There were no such issues with Rasby, a solid veteran. Like I said, Rasby hasn’t played particularly poorly, but the position certainly was a candidate for an upgrade. It seems as though Gibbs decided he made a mistake in keeping Rasby and axing Fred Baxter in the final cutdown.
Baxter suffered a knee injury during the preseason but has healed to near 100%. Third-year player Robert Royal likely will get the start, but Baxter hopes to be ready to play.
The bottom line is that Joe Gibbs is still in the process of making this into “his” team. Most of the major parts are in place, but there is still tinkering to be done. Marginal players, even marginal starters, should continue to rent, not buy, in the area of Redskins Park.
There will be plenty written around here about Packer quarterback Bret Favre in the coming days. I’m looking forward to seeing one of the top half dozen or so quarterbacks in the history of the league in person. It was entertaining to see him perform against the Cowboys on Sunday; it will not be so much fun if he carves up the Redskins in a similar fashion.
Due to scheduling oddities, this will be the 14-year veteran’s first start on the road against the Redskins. However, he has played at Washington before.
In 1991, Jerry Glanville brought his Falcons to a rainy RFK Stadium for a regular-season game against the Redskins. Mark Rypien had a banner day, throwing long touchdown bombs to Gary Clark and Art Monk. The Redskins were up by 32 points in the late going when Glanville put the rookie Favre into the game for a little mop up action. Andre Collins picked off a Favre pass and rolled 15 yards into the end zone to push the score to 56-17.
October 25, 2004
One Point Five
It ridiculous to talk about playoff positioning when we are just about done with Week 7 in the National Football League. It’s even more preposterous to do so when the team being discussed has a 2-4 record.
However, if you haven’t learned by now, nothing is to far-fetched to discuss around here.
The Washington Redskins emerged from their bye week with a 2-4 record with their wins coming over NFC rivals Tampa Bay and Chicago and their losses to Baltimore and Cleveland of the AFC and Dallas and the New York Giants of the NFC East. The losses to the two division rivals are bad for their playoff chances; the fact that their two other losses are to AFC teams helps them in that they are not “bad” losses.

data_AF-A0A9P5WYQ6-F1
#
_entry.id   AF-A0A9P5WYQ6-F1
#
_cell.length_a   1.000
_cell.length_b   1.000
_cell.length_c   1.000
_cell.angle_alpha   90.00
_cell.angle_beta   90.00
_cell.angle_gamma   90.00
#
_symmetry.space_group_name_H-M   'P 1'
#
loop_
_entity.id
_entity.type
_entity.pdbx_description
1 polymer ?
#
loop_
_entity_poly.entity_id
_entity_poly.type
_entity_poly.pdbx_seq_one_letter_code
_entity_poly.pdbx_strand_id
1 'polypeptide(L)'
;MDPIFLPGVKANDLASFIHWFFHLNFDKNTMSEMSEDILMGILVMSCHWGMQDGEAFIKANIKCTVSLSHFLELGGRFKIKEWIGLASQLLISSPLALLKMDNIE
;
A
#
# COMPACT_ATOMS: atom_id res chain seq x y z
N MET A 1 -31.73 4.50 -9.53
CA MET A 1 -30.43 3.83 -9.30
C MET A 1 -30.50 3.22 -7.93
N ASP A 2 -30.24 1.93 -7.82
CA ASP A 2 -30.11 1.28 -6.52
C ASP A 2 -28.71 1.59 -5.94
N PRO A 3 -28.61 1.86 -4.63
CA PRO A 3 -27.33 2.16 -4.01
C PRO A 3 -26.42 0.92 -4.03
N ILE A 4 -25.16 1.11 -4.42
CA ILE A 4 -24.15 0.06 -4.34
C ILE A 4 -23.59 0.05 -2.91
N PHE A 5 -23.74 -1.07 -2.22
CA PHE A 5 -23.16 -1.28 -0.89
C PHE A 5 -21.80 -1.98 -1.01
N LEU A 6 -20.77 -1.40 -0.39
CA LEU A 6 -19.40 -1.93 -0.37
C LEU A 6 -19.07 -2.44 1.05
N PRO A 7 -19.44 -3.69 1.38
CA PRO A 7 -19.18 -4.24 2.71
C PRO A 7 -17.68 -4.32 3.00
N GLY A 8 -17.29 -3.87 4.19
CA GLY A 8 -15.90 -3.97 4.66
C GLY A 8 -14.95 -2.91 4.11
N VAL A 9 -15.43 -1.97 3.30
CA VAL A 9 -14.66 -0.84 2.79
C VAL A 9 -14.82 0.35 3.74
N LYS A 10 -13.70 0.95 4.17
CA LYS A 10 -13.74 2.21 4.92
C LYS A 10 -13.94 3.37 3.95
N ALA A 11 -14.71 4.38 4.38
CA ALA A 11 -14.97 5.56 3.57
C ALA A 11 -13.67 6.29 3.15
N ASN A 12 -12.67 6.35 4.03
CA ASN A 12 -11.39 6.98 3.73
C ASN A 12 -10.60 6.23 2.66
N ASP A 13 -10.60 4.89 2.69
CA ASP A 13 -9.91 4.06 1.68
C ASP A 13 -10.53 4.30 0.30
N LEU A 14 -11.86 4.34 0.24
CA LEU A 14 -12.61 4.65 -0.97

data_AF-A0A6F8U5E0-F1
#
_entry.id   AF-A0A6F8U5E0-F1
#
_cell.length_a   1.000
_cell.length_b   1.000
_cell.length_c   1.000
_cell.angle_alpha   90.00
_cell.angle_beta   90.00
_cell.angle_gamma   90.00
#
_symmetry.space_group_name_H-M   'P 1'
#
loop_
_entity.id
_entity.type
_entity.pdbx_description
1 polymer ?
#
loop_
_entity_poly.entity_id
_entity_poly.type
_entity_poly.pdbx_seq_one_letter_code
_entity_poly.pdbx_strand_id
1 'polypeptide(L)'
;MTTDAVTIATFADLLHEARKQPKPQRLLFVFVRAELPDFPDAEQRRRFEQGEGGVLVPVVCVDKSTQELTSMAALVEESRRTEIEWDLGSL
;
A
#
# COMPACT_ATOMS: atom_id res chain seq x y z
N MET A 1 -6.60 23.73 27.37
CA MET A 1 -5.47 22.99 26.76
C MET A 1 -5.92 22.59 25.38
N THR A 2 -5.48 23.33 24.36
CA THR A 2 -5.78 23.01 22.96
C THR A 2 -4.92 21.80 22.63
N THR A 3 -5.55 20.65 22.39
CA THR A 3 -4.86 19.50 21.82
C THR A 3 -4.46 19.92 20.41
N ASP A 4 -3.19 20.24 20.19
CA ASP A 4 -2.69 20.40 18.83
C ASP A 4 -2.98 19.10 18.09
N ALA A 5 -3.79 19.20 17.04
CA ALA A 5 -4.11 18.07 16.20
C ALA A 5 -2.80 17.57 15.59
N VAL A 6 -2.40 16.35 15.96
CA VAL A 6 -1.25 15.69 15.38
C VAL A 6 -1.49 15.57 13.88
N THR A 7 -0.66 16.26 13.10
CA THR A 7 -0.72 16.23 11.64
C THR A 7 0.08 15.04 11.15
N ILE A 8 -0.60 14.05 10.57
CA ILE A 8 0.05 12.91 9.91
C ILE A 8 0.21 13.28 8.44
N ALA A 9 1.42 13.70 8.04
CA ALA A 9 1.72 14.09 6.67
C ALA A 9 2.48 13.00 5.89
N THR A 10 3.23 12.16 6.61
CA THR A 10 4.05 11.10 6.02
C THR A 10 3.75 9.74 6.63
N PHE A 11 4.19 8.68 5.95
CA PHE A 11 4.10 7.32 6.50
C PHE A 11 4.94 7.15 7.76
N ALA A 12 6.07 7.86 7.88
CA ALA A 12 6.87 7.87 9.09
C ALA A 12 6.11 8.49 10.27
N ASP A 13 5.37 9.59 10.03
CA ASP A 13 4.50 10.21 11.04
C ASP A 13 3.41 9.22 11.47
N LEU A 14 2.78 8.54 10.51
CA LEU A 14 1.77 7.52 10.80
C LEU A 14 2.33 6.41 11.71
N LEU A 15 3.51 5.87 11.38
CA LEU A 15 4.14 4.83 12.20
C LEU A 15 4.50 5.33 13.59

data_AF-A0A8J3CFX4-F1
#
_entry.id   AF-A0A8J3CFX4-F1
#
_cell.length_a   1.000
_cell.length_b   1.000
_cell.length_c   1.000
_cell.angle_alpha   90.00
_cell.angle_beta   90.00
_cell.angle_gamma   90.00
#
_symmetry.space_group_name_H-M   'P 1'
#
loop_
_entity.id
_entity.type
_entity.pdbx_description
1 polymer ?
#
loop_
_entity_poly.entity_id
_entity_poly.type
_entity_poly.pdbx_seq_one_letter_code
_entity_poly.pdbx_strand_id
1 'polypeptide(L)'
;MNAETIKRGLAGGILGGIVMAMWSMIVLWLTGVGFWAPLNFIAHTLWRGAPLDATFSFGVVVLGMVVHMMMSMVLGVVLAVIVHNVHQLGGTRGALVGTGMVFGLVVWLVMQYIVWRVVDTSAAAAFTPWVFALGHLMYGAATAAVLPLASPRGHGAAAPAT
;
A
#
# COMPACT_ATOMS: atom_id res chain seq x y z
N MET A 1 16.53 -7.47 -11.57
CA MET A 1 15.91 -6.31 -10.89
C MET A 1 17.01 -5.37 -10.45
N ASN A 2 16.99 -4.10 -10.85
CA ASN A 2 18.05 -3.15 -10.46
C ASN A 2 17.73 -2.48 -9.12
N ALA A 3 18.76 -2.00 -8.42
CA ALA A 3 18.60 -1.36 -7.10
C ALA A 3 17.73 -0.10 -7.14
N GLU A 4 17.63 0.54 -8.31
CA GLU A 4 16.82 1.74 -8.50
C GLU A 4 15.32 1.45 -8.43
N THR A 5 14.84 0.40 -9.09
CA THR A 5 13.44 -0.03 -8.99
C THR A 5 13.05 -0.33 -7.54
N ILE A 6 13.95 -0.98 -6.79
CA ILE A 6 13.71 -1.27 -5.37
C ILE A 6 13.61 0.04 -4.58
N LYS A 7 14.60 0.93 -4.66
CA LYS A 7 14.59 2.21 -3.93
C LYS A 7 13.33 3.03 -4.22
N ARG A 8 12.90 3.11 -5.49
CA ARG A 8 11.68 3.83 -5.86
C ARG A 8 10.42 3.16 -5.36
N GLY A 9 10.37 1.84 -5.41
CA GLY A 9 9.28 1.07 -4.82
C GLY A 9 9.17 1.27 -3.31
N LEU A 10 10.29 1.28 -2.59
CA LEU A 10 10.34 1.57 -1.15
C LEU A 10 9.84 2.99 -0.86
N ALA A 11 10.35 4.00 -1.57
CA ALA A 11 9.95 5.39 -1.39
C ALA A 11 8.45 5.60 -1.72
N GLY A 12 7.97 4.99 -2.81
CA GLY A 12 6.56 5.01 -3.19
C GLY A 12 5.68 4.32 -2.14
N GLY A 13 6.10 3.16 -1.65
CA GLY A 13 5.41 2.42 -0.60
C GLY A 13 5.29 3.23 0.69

Of course, who you beat and who you lose to only matters if you’re tied with another team. And, as of right now, the way I see it, the Redskins are just a game and a half out of a Wild Card playoff spot in the loss column.
That requires some explanation as anyone looking at the NFC standings can see that there are two second place teams with two losses, the Giants and the Detroit Lions, both 4-2. That would place Washington two games out of one of the two NFC Wild Card spots.
I am basing my game-and-a-half statement on the fact that the Redskins play the Lions in two weeks, after the Green Bay game. After that November 7 game, we will be looking at one of two scenarios. Either the Redskins will have beaten the Lions and will hold the tiebreaker advantage over them with a head-to-head win, or they will have lost that game and will be entirely out of playoff contention.
To be sure, the Packers and the Skins are among the pack of five NFC teams with four losses so it’s not as simple as beating Detroit. Still, nine wins could well be enough to make the playoffs so Washington can “afford” three more losses and still have a shot.
If those three losses come to the Eagles (twice) and at Pittsburgh, the Redskins have a very, very good shot. An upset of Philly, of course, gives them the “luxury” of being able to lose another one but the additional loss had better not come at the hands of the Giants or Cowboys. For a Wild Card Spot, the tiebreakers are first applied to the division so even a head to head win over Green Bay or Detroit might not do any good if there’s a sweep within the division.
Again, this is just speculative talk in the middle of the two-week break between games. If the offense doesn’t start scoring more points, Washington’s chances of making the playoffs are about the same as those of the Red Sox coming back from 0-3 against the Yankees. It can happen, but if it does it’s a miracle.
Even if Brunell, Coles, Portis and company do start putting up three TD’s a game the odds are strongly against making the playoffs, maybe 1 to five, maybe worse. But at least it’s early and the fact that nobody is running away from the rest of the pack gives even that slight glimmer of hope.
Click here for previous entries in Tandler’s Redskins Blog